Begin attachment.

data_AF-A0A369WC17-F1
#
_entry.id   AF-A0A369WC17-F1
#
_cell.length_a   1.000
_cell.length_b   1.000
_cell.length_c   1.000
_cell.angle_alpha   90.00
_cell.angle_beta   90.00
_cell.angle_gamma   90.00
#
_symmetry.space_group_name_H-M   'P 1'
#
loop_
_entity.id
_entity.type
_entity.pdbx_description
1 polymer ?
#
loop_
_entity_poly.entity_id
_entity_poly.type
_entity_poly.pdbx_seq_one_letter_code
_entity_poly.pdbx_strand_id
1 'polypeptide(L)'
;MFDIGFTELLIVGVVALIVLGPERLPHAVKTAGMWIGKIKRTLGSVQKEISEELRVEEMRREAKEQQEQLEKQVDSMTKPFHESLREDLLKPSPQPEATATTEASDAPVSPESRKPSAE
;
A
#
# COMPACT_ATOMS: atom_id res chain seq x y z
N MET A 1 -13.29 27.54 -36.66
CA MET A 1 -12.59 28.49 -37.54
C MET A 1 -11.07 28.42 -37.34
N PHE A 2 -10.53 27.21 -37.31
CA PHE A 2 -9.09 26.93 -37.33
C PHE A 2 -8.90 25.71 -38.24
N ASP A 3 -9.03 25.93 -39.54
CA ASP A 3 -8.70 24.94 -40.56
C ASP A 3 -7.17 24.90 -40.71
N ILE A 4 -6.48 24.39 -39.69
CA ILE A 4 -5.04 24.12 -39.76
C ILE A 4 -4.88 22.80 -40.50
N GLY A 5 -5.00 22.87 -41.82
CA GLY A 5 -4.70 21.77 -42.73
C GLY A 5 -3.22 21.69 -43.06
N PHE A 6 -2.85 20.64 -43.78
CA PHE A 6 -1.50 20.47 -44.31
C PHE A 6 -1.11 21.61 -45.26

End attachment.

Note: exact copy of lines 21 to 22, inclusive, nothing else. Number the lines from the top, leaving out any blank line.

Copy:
_entity_poly.entity_id
_entity_poly.type